The Golden Rule of Trading

Lest your trading method becomes too complex, remember the basic market paradigm runs the chart show. But the big show is still—and always will be—run by fear and greed.

Fear and greed are the base emotions that drive every market. They are instinctive to humans, and unless you use an automated computer program to trade, your goal can only be to control them and not to eliminate them.

Since economic booms, busts, and bubbles keep recurring, year after year, century after century, it is clear evolution is not going to transfer the skills learned in one generation to another and, as Santayana warned, we are doomed to repeat the past unless we learn from it.

People have short memories, and fear and greed keep returning; a hedge fund bubble was followed by the dot-com bubble, which was in turn followed by the real estate bubble in less than a decade. A second hedge fund bubble may not be far away.

These emotions cause us to mentally freeze and delay making critical decisions that would be in our own best, rational interest. Making a decision implies change and there is nothing more difficult for a human being.

One successful trade can cause overconfidence and lead to what I call the King Kong syndrome—the warm, good-all-over feeling that we can do no wrong. Conversely, a large losing trade can cause enormous self-doubt, leading us to make revolutionary changes in our trading program when, in fact, a little time away from the market and an evolutionary adjustment or tweak would put us back on track.

The late Pete Rednor, office manager at Peavey & Company, where I apprenticed as a commodity trader in the early 1970s, would wait for a trader to get the King Kong syndrome. When the trader next placed an order, Pete would go to a telephone in the back office and place the identical order—but in reverse. He usually won, and when the trader lost it all and stopped trading, Pete lamented the loss of a reliable trading system.

The key is containing the emotions of fear and greed within a relatively slight area. To do that, you must in turn be able to anticipate the onset of fear or greed, and find methods for controlling them before they affect trading decisions.

Biofeedback works for some people; meditation for others. Yoga, vigorous exercise, sedentary hobbies, and reading are other psychological health remedies. Simply taking time away is the best plan I have found. I now close up shop at noon on Fridays, take one Friday a month off, and take a full week off every three months. Nor am I afraid to walk away for a day or two if things simply do not feel right to me.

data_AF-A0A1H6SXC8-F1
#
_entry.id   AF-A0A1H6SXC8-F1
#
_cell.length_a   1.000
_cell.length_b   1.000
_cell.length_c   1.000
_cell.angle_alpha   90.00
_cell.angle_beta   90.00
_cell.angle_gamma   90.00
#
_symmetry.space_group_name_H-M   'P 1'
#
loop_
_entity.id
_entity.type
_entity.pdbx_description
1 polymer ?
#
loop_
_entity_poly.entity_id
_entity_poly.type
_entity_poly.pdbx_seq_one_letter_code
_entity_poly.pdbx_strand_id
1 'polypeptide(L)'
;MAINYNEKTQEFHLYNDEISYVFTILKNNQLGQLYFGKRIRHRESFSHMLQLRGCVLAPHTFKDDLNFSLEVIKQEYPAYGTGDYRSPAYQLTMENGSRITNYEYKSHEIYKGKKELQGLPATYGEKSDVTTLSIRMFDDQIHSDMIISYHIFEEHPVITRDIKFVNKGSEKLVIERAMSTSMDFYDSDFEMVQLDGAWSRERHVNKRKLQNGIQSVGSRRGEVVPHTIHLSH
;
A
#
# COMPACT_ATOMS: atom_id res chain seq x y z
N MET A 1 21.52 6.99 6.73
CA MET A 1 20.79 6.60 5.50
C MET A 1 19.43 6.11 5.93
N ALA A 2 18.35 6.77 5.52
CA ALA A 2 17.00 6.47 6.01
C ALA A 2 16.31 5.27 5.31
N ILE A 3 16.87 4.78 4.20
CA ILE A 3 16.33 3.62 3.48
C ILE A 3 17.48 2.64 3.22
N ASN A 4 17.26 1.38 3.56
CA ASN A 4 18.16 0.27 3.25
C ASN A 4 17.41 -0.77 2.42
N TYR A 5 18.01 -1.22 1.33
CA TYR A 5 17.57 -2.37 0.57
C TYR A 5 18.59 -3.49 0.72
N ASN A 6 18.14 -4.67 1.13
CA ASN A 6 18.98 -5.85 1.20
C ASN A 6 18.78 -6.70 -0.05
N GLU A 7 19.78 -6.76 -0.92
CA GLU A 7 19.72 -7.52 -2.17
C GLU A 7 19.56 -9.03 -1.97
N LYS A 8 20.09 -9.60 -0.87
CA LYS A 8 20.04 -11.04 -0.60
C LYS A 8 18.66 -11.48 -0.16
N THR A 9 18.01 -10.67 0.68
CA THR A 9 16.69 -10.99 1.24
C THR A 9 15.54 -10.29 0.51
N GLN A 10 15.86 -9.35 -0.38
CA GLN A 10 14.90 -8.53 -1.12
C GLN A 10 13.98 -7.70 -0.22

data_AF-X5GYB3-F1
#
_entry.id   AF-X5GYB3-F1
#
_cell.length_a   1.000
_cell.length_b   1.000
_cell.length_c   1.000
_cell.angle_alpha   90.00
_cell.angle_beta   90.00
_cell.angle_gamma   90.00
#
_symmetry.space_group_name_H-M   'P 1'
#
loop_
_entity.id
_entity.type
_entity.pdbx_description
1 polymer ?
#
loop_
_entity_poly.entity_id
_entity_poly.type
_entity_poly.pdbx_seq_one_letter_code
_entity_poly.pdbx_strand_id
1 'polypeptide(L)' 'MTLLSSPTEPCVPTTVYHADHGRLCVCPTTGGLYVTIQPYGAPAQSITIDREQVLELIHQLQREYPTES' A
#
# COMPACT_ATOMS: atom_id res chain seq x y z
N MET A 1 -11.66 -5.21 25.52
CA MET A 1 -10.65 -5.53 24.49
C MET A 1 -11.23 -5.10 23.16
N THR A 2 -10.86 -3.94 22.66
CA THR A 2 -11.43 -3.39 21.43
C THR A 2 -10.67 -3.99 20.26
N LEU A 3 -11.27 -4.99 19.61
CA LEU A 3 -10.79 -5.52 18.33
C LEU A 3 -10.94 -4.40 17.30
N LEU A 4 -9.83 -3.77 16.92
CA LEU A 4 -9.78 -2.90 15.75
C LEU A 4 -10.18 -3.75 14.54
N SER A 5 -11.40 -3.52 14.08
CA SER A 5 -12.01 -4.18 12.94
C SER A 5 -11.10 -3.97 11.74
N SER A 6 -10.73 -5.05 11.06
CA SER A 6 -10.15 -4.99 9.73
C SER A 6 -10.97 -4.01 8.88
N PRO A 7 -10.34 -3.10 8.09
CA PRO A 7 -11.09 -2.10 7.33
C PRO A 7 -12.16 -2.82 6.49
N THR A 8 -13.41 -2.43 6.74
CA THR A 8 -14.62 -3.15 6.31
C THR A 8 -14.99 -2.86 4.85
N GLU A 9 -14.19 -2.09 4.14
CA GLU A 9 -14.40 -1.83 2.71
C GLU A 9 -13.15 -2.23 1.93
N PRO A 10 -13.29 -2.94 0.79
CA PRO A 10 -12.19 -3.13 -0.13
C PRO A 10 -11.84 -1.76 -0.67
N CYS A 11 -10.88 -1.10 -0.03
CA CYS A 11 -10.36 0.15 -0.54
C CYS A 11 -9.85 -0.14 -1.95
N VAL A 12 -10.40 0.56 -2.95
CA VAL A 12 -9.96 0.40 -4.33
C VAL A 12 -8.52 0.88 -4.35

Never be afraid of the markets, but always respect them. Never be hesitant to simply walk away for a few hours or a few days. The markets will not go away; they are happy to wait for you to return. Never trade when you are emotionally distraught. I had trouble dealing with missing a good trade opportunity for many years. I eventually had the experience to see that good trades are always going to be available. We are just trading lines on a chart; that is all. If you miss a big trend, remember that there is more price movement in the aggregate (sideways markets) than there is in trend markets. As long as the markets are open, the opportunity is there. Dwell on the past, and you miss the future.

It is common for new FOREX traders to be literally mesmerized by the movement of the prices as seen on charts. The short-term charts—1-minute, 5-minute, and 15-minute—move quickly up and down and carry your emotions right along with them. Watch the lines, not the bars!

By Michael Duane Archer
Michael Duane Archer has been an active futures and FOREX trader for more than 35 years. He has worked in various advisory capacities, notably as a commodity trading advisor, registered SEC investment advisor, and branch manager for Heinold of Hawaii. He currently trades FOREX and futures and is involved in several technical analysis research projects.

Copyrighted 2016. Content published with author's permission.

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